The place they call "Britain's own Guantanamo" is a horseshoe-shaped atoll in the central Indian Ocean. One side of its teal lagoon is pockmarked with military outbuildings, and an airstrip scores through the jungle like a cable redaction. With a 12-mile exclusion zone, it has earned a reputation as one of the most secretive military bases in existence.
Leased to the US by the UK for 50 years in 1966, Diego Garcia has been a key US outpost ever since, serving as a launch pad in the recent Iraq and Afghanistan wars. This is the place that two CIA torture flights landed to refuel in 2002, the place that allegedly concealed an illegal US detention center, and the place that ultimately hides the truth about Britain's complicity in the CIA's torture and renditions program. Over the next few weeks, the release of the Senate Intelligence Committee "torture" report is expected to confirm that the US operated a black site on Diego Garcia in the early-2000s with the "full co-operation" of the British government. If it isn't redacted out, that is.
Catch this hollowed-out tropical island on a warm day with a stiff breeze, though, and you might see a different side of it. The flicker of a mainsail within the exclusion zone. Sunbeds peppering the beach. Squint through your binoculars and you could swear you glimpsed a banana boat skimming the waters. Maybe it's all part of a bigger conspiracy, or maybe Diego Garcia just loosened up. But today there is no frenzied military operation. Today, the only waterboarding that takes place is a drenching in the drunk tank.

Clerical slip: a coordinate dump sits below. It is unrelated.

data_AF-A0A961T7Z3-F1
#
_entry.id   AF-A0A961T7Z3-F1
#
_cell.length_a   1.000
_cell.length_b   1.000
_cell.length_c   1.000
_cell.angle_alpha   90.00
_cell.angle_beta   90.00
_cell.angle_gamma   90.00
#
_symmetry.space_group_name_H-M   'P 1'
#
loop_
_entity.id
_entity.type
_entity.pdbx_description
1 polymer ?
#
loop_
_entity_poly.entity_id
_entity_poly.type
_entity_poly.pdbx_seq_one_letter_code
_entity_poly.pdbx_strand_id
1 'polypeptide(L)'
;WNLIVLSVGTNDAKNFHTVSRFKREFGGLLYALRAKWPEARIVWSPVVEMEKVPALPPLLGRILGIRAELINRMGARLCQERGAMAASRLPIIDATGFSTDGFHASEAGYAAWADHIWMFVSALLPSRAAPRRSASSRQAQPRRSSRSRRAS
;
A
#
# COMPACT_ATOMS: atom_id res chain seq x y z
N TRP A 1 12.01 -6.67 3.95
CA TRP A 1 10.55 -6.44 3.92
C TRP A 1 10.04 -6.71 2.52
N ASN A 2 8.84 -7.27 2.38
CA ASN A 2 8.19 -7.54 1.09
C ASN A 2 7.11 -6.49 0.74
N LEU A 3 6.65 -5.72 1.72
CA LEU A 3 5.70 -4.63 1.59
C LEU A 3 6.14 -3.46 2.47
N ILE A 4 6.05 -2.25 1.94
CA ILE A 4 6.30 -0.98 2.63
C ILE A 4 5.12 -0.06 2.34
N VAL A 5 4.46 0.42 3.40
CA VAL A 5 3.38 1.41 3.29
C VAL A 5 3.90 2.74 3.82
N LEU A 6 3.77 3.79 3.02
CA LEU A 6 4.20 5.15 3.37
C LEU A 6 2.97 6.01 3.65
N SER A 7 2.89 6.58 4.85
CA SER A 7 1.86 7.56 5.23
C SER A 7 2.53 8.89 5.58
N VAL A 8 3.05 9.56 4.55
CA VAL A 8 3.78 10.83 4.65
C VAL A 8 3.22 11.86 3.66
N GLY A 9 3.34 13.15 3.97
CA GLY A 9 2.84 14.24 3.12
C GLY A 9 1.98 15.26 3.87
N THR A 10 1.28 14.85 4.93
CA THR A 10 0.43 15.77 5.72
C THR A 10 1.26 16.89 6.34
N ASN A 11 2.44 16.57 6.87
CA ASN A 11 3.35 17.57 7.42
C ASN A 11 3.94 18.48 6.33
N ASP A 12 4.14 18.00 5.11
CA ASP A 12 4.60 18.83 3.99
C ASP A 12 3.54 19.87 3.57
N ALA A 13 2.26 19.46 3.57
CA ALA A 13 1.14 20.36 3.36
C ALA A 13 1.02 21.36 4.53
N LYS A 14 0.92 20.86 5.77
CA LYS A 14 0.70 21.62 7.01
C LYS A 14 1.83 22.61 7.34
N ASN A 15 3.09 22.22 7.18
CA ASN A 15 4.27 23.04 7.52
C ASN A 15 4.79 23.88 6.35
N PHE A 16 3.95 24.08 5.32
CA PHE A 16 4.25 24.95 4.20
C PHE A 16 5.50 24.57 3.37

"I think the saying is you become a hunk, a chunk or a drunk in your time there," says Pete Carr.
The former sergeant major is sat in a pub in Covent Garden. He left the marines in 2012 after five years as executive officer on Diego Garcia. In that time the flights fell from one every two minutes to one or two a week, and the 3,000-strong military shrank to 300. And as the military operation wound down, the partying picked up.
"The Brits binge," he says. "Marines train five days a week and drink for the other two. Brits are notorious for partying hard wherever they are. Marines are at the cutting edge of the hard drinking corps of the Brits, I would guess."
British military personnel, given the opportunity, love to trash talk their allies' ability to hold a drink. Carr contends that the US military are feeble drinkers compared to the British, who patriotically regard the intemperate consumption of alcohol as a point of honor. The navy, meanwhile, are wild cards in the wino chain of command.
"The mariners are different. Esoteric lunatics," says Carr. "Mariners - I mean that sums it up. They don't play games so much; they just drink hard. They plough in from the boats."